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UK Editor

UK National Grid plans to use honeypots to lure attackers, improve defences

Aug 31, 20233 mins
Critical InfrastructureNetwork Security

The critical infrastructure provider is looking for a security expert to help it set honeypots and plant false documents that appear valuable to attackers.

electrical infrastructure
Credit: Shutterstock

The UK's National Grid has revealed plans to use honeypots to catch attackers and improve its defences. The utilities provider, responsible for running the UK's gas and electricity networks, posted a contract worth more than ?1 million for a security expert to help it set honeypots and plant false documents that appear valuable to attackers online. The intent is to lure potential attackers into a controlled environment, so the National Grid can observe them and then block them from its systems.

A spokesperson for energy regulator Ofgem told The Telegraph that suppliers face new responsibilities under the recently updated Network and Information Systems Regulations. "We take cybersecurity incredibly seriously and work closely with energy suppliers to ensure they are doing everything they can to protect their systems and comply with their responsibilities."

UK CNI facing increasing cyber threats

This comes amid increasing cyber threats posed to UK critical national infrastructure (CNI), heightened by geopolitical and economic factors. In April, the UK National Cyber Security Centre (NCSC) issued an alert to CNI organisations warning of an emerging threat from state-aligned groups, particularly those sympathetic to Russia's invasion of Ukraine. The alert stated that newly emerged groups could launch "destructive and disruptive attacks" with less predictable consequences than those of traditional cybercriminals, with CNI organisations strongly encouraged to follow NCSC advice on steps to take when cyber threat is heightened.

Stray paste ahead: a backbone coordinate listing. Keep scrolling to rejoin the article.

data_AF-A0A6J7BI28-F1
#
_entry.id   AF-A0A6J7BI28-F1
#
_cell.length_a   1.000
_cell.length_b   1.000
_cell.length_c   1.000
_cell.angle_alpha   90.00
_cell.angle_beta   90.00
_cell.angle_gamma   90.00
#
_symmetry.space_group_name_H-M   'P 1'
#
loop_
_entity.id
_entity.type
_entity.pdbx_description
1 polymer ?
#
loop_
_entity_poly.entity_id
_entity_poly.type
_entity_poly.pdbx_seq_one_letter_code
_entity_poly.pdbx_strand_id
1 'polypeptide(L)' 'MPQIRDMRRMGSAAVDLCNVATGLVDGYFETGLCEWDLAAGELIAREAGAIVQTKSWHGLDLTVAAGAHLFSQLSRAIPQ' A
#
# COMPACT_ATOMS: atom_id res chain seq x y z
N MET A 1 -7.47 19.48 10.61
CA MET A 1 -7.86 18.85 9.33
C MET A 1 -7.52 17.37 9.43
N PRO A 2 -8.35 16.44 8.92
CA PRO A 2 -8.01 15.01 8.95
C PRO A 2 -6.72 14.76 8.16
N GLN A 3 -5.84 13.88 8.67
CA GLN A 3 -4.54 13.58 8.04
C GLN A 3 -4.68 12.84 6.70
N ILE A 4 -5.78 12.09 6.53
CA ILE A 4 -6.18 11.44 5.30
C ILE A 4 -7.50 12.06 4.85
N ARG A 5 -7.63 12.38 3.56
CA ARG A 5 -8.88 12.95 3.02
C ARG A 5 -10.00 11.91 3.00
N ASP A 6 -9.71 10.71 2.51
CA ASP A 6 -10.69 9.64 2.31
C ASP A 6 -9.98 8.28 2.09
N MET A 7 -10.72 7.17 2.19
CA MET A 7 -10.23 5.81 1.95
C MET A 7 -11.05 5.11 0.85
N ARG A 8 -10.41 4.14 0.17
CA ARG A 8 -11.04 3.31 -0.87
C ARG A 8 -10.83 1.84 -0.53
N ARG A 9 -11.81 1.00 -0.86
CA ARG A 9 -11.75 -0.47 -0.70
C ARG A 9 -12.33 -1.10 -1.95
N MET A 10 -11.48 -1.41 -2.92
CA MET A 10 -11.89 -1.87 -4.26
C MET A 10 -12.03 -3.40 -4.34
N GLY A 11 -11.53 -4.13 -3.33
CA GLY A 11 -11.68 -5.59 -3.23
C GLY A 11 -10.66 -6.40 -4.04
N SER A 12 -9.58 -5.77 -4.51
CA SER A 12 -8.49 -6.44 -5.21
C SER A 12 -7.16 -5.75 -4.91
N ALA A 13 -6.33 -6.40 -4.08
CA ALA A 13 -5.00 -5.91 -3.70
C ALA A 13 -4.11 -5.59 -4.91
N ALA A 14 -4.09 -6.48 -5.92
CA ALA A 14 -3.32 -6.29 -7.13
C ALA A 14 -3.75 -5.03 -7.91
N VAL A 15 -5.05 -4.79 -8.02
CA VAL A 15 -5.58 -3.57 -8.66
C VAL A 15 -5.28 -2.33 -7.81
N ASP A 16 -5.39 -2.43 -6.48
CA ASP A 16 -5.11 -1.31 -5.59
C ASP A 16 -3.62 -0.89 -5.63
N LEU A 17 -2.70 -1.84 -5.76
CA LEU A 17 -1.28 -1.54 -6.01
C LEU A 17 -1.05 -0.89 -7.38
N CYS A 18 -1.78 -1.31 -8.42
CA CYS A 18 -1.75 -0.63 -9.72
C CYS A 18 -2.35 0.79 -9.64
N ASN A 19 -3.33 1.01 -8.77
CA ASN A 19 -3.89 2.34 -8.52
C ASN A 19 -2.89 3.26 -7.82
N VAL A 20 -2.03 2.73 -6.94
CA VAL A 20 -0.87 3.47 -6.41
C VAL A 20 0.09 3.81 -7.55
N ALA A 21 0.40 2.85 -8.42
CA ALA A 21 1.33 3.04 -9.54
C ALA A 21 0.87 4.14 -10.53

In the same month, research by UK cybersecurity services firm Bridewell indicated that cost-of-living challenges could trigger a rise in cyberattacks and security risks impacting UK CNI, with over a third (34%) of organisations across UK CNI anticipating a rise in cybercrime as a direct result of the ongoing economic crisis.

Notable UK CNI security initiatives launched in 2023

The security of critical infrastructure has been high on the global agenda in 2023, with cyberattacks and other risks posing a persistent threat to the technologies and systems relied upon for essential services such as energy, food, electricity, and healthcare.

In response, multiple initiatives, programs, guidance, and standards have been launched this year to enhance the cybersecurity of critical systems and tackle the growing risks that threaten CNI. Vendors, governments, industry bodies, and nonprofits have all contributed, with information-sharing and collaboration a key theme of many efforts to increase cyber resilience across the CNI spectrum.

UK Editor

Michael Hill is the UK editor of CSO Online. He has spent the past 8 years covering various aspects of the cybersecurity industry, with particular interest in the ever-evolving role of the human-related elements of information security. A keen storyteller with a passion for the publishing process, he enjoys working creatively to produce media that has the biggest possible impact on the audience.

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